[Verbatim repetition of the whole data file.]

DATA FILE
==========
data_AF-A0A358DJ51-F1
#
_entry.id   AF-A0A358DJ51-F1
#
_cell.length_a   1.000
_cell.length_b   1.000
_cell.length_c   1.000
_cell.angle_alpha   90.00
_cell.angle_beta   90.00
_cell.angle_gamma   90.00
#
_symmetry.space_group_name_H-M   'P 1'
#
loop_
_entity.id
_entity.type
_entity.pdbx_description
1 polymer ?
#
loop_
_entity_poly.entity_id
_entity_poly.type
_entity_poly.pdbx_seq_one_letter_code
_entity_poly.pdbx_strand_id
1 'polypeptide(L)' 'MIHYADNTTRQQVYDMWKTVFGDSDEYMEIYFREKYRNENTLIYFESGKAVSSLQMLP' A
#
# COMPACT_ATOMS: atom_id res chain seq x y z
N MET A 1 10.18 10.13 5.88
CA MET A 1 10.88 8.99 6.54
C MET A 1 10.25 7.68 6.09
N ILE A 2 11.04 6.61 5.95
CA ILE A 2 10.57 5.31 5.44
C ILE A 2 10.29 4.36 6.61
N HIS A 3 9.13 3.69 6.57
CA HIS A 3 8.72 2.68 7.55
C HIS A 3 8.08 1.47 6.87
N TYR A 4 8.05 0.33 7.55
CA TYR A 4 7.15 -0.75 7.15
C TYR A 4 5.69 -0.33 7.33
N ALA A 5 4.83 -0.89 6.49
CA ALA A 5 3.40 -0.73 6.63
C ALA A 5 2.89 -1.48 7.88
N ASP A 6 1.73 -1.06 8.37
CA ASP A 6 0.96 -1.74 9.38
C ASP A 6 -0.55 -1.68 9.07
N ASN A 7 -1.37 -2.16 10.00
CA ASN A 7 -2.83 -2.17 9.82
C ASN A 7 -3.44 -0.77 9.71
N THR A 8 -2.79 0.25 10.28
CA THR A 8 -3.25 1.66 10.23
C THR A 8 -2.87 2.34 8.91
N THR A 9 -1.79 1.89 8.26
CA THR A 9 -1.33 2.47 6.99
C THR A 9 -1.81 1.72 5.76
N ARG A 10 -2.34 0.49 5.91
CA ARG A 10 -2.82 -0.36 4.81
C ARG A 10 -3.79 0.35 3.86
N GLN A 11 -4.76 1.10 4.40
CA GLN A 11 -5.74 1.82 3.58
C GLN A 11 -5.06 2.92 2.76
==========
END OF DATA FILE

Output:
data_AF-A0A358DJ51-F1
#
_entry.id   AF-A0A358DJ51-F1
#
_cell.length_a   1.000
_cell.length_b   1.000
_cell.length_c   1.000
_cell.angle_alpha   90.00
_cell.angle_beta   90.00
_cell.angle_gamma   90.00
#
_symmetry.space_group_name_H-M   'P 1'
#
loop_
_entity.id
_entity.type
_entity.pdbx_description
1 polymer ?
#
loop_
_entity_poly.entity_id
_entity_poly.type
_entity_poly.pdbx_seq_one_letter_code
_entity_poly.pdbx_strand_id
1 'polypeptide(L)' 'MIHYADNTTRQQVYDMWKTVFGDSDEYMEIYFREKYRNENTLIYFESGKAVSSLQMLP' A
#
# COMPACT_ATOMS: atom_id res chain seq x y z
N MET A 1 10.18 10.13 5.88
CA MET A 1 10.88 8.99 6.54
C MET A 1 10.25 7.68 6.09
N ILE A 2 11.04 6.61 5.95
CA ILE A 2 10.57 5.31 5.44
C ILE A 2 10.29 4.36 6.61
N HIS A 3 9.13 3.69 6.57
CA HIS A 3 8.72 2.68 7.55
C HIS A 3 8.08 1.47 6.87
N TYR A 4 8.05 0.33 7.55
CA TYR A 4 7.15 -0.75 7.15
C TYR A 4 5.69 -0.33 7.33
N ALA A 5 4.83 -0.89 6.49
CA ALA A 5 3.40 -0.73 6.63
C ALA A 5 2.89 -1.48 7.88
N ASP A 6 1.73 -1.06 8.37
CA ASP A 6 0.96 -1.74 9.38
C ASP A 6 -0.55 -1.68 9.07
N ASN A 7 -1.37 -2.16 10.00
CA ASN A 7 -2.83 -2.17 9.82
C ASN A 7 -3.44 -0.77 9.71
N THR A 8 -2.79 0.25 10.28
CA THR A 8 -3.25 1.66 10.23
C THR A 8 -2.87 2.34 8.91
N THR A 9 -1.79 1.89 8.26
CA THR A 9 -1.33 2.47 6.99
C THR A 9 -1.81 1.72 5.76
N ARG A 10 -2.34 0.49 5.91
CA ARG A 10 -2.82 -0.36 4.81
C ARG A 10 -3.79 0.35 3.86
N GLN A 11 -4.76 1.10 4.40
CA GLN A 11 -5.74 1.82 3.58
C GLN A 11 -5.06 2.92 2.76